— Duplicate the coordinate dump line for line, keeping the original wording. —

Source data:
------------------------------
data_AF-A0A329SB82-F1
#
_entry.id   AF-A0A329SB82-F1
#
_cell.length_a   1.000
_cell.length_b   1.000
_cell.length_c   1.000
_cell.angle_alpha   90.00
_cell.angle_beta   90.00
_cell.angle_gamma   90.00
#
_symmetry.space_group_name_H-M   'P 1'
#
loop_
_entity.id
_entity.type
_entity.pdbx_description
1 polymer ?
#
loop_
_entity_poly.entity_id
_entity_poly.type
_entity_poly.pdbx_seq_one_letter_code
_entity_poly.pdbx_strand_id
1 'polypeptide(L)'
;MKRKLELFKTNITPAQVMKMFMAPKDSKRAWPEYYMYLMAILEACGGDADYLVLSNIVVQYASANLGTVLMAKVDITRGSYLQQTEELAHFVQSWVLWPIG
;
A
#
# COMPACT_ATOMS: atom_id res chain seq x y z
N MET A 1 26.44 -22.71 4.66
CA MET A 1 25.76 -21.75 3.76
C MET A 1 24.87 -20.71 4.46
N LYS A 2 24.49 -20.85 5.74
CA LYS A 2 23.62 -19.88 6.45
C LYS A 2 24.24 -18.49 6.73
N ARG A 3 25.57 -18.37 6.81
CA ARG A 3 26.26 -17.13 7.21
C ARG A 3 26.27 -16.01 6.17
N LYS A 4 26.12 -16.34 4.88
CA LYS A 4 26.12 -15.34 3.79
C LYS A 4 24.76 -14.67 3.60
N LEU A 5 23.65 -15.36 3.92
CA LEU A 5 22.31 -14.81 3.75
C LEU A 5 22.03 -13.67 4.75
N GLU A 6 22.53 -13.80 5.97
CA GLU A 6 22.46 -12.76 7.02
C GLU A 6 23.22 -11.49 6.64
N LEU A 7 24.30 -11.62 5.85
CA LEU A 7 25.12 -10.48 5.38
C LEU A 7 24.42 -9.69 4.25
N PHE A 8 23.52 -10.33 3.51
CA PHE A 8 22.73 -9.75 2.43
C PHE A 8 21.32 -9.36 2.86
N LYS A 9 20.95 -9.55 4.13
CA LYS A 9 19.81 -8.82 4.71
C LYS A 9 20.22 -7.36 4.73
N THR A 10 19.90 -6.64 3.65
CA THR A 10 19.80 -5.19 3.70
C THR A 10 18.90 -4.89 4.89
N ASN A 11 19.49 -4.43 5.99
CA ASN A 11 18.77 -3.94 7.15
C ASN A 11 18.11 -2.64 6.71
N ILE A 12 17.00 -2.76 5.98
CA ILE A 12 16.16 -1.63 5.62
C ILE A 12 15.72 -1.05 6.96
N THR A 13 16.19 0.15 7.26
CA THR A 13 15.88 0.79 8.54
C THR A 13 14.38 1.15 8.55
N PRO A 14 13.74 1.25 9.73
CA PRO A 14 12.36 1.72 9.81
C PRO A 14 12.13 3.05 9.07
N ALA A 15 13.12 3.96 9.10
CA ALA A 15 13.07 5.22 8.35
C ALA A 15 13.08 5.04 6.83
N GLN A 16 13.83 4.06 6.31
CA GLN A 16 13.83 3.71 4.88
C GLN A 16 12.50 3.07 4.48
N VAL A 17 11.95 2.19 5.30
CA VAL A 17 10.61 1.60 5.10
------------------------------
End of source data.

data_AF-A0A329SB82-F1
#
_entry.id   AF-A0A329SB82-F1
#
_cell.length_a   1.000
_cell.length_b   1.000
_cell.length_c   1.000
_cell.angle_alpha   90.00
_cell.angle_beta   90.00
_cell.angle_gamma   90.00
#
_symmetry.space_group_name_H-M   'P 1'
#
loop_
_entity.id
_entity.type
_entity.pdbx_description
1 polymer ?
#
loop_
_entity_poly.entity_id
_entity_poly.type
_entity_poly.pdbx_seq_one_letter_code
_entity_poly.pdbx_strand_id
1 'polypeptide(L)'
;MKRKLELFKTNITPAQVMKMFMAPKDSKRAWPEYYMYLMAILEACGGDADYLVLSNIVVQYASANLGTVLMAKVDITRGSYLQQTEELAHFVQSWVLWPIG
;
A
#
# COMPACT_ATOMS: atom_id res chain seq x y z
N MET A 1 26.44 -22.71 4.66
CA MET A 1 25.76 -21.75 3.76
C MET A 1 24.87 -20.71 4.46
N LYS A 2 24.49 -20.85 5.74
CA LYS A 2 23.62 -19.88 6.45
C LYS A 2 24.24 -18.49 6.73
N ARG A 3 25.57 -18.37 6.81
CA ARG A 3 26.26 -17.13 7.21
C ARG A 3 26.27 -16.01 6.17
N LYS A 4 26.12 -16.34 4.88
CA LYS A 4 26.12 -15.34 3.79
C LYS A 4 24.76 -14.67 3.60
N LEU A 5 23.65 -15.36 3.92
CA LEU A 5 22.31 -14.81 3.75
C LEU A 5 22.03 -13.67 4.75
N GLU A 6 22.53 -13.80 5.97
CA GLU A 6 22.46 -12.76 7.02
C GLU A 6 23.22 -11.49 6.64
N LEU A 7 24.30 -11.62 5.85
CA LEU A 7 25.12 -10.48 5.38
C LEU A 7 24.42 -9.69 4.25
N PHE A 8 23.52 -10.33 3.51
CA PHE A 8 22.73 -9.75 2.43
C PHE A 8 21.32 -9.36 2.86
N LYS A 9 20.95 -9.55 4.13
CA LYS A 9 19.81 -8.82 4.71
C LYS A 9 20.22 -7.36 4.73
N THR A 10 19.90 -6.64 3.65
CA THR A 10 19.80 -5.19 3.70
C THR A 10 18.90 -4.89 4.89
N ASN A 11 19.49 -4.43 5.99
CA ASN A 11 18.77 -3.94 7.15
C ASN A 11 18.11 -2.64 6.71
N ILE A 12 17.00 -2.76 5.98
CA ILE A 12 16.16 -1.63 5.62
C ILE A 12 15.72 -1.05 6.96
N THR A 13 16.19 0.15 7.26
CA THR A 13 15.88 0.79 8.54
C THR A 13 14.38 1.15 8.55
N PRO A 14 13.74 1.25 9.73
CA PRO A 14 12.36 1.72 9.81
C PRO A 14 12.13 3.05 9.07
N ALA A 15 13.12 3.96 9.10
CA ALA A 15 13.07 5.22 8.35
C ALA A 15 13.08 5.04 6.83
N GLN A 16 13.83 4.06 6.31
CA GLN A 16 13.83 3.71 4.88
C GLN A 16 12.50 3.07 4.48
N VAL A 17 11.95 2.19 5.30
CA VAL A 17 10.61 1.60 5.10